New Delhi: In the late 1980s, an Indian college student in the US was looking for ways to communicate for free and keep in touch with his friends who lived halfway across the world. E-mail was not an option, phone calls were too expensive, the internet was barely in its early stages. Apart from snail mail, there was hardly any way left. Cut to 2021, the same man who once looked at free options for getting in touch is responsible for driving and improving a service that helps millions of people around the world stay connected on a ‘freemium’ basis. Zee Media had an exclusive chat with US-based Velchami Sankaralingam, President of Product and Engineering at Zoom Video Communications – of course, through the same service he is now at the helm.
Hailing from Virudhunagar in the southern Indian state of Tamil Nadu, Velchami grew up with three sisters. His father was involved in the tin-metal business and later selling stoves, while his mother raised four children. A promising student, Velchamy went to the CBSE (a national level board of education, considered to be the best in India) school in his district and later joined the famous Montfort School in Yercaud for his 11th and 12th standard. He completed his engineering degree from the College of Engineering Guindy (one of the oldest technical institutes in Asia), Chennai, where he first experienced the power of mini-computers, a rarity in the Indian academia of the 1980s. After his engineering education in the South Indian metropolis of Chennai, he moved to the US to specialize in computer science and business in the US, where he is now settled. His sisters and extended family still live in his native city of Tamil Nadu.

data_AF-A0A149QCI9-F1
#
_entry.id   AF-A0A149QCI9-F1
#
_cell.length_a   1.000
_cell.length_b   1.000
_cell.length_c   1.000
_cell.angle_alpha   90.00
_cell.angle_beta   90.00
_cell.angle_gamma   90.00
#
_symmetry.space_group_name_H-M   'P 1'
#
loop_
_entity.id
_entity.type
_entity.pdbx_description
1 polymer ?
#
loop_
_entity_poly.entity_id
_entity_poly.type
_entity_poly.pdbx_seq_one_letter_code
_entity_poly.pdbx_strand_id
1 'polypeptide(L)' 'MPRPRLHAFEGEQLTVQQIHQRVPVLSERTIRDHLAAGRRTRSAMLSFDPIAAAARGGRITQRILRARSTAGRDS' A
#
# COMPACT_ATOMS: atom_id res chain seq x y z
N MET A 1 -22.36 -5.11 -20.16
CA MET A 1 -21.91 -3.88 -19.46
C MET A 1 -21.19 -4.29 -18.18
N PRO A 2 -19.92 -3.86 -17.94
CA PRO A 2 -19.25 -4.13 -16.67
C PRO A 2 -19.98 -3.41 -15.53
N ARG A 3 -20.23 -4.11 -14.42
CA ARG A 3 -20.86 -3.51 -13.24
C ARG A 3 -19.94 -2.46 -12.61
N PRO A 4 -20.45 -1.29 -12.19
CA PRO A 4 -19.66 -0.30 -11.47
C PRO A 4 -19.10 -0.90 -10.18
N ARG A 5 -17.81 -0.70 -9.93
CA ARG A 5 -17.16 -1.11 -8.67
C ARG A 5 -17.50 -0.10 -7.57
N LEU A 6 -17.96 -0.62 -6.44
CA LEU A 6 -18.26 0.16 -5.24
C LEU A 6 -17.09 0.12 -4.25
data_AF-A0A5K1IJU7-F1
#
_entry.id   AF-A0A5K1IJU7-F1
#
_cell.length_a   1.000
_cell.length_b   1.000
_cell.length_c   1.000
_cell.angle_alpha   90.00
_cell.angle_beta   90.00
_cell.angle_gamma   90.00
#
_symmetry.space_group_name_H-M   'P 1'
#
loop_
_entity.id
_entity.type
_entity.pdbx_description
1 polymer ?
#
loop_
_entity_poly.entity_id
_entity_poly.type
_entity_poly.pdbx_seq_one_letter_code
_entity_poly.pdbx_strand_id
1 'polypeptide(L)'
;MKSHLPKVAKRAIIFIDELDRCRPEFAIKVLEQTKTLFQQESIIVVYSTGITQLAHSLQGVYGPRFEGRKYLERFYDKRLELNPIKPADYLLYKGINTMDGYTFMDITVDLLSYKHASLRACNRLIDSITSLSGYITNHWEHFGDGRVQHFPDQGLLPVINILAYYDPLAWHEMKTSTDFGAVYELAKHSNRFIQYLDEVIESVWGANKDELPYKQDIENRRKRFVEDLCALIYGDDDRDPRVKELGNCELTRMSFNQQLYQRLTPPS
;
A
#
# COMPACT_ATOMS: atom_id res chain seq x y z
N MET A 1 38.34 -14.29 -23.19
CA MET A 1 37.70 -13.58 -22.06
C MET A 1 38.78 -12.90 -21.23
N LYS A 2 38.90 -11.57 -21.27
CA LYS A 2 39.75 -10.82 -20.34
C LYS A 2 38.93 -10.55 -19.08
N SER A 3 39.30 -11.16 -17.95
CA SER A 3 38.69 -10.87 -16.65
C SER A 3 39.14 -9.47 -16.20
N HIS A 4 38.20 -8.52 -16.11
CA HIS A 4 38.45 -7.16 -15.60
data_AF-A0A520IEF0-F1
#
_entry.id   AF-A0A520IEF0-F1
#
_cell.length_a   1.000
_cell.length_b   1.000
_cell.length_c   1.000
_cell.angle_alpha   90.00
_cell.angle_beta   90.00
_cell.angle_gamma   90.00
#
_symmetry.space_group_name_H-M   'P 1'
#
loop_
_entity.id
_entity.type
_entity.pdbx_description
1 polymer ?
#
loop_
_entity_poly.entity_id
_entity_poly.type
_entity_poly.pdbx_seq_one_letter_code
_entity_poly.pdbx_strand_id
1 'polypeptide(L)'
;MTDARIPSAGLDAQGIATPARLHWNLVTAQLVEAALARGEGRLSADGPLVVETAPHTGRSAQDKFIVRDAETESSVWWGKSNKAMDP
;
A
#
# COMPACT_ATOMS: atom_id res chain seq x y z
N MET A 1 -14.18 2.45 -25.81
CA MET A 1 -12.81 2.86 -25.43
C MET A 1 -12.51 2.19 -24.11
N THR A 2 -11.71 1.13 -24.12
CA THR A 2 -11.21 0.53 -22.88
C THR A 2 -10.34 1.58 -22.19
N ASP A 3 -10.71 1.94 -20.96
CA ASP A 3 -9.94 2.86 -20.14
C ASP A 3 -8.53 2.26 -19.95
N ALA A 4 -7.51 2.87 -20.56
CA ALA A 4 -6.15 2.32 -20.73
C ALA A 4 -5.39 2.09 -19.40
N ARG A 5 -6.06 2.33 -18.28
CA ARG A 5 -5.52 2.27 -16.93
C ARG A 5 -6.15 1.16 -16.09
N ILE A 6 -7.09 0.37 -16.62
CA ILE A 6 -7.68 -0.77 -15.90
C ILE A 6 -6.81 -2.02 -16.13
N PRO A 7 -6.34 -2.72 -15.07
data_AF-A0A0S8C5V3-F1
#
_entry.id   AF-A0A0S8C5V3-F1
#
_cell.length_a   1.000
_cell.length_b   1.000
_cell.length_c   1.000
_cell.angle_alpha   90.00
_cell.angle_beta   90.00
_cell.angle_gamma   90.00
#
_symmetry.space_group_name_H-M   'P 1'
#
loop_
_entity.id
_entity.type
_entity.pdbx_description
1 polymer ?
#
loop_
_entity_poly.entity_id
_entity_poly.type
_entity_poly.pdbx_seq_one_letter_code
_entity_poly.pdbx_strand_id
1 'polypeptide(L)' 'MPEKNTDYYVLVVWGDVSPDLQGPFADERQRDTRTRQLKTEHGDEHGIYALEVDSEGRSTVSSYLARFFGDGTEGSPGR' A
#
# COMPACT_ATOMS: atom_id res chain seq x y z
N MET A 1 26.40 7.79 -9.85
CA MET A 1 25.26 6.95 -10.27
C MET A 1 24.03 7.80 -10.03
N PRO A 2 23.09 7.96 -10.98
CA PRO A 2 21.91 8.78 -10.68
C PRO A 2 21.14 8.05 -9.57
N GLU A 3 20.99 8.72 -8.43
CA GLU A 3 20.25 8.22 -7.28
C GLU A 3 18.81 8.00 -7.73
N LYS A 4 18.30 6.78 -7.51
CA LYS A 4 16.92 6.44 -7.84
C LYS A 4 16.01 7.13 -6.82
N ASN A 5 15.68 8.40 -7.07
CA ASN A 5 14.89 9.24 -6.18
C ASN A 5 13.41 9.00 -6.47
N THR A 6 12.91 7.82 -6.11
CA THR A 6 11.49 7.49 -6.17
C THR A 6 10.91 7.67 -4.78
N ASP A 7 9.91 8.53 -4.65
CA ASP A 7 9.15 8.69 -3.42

At Zoom, where Welchami joined in May 2020, following extensive experience in the software-as-a-service industry (including IBM, Webex, VMware), he is responsible for scaling up operations to meet the exponential growth of his operations. are. service and to meet the demands of approximately 300 million daily users, up from 10 million daily users in the pre-pandemic days. While this figure marks an overall 30x growth for Zoom over their regular user-base, the company has seen more than 60x growth in Welchami’s native country – India. This also meant setting up data centers in Indian cities, making the product more user-friendly for a diverse audience. Apart from their primary service of video calls, the company has also introduced Zoom Events (for the purpose of virtual conference management), Zoom Phone (voice call service across devices for companies) and Zoom App Marketplace.
Reminiscing about his formative years, Welchamy says that despite being the only son in a household with four children, his parents allowed him to define his career and choices instead of asking him to manage the family business. Gave permission. “My parents didn’t go to college, but they told me not to worry about my family business and let me do what I felt was right. When parents guide you a lot, you don’t make many mistakes and you do well enough, but you learn very little. In my case, I have made mistakes and have learned to get better at every subsequent step”, he said.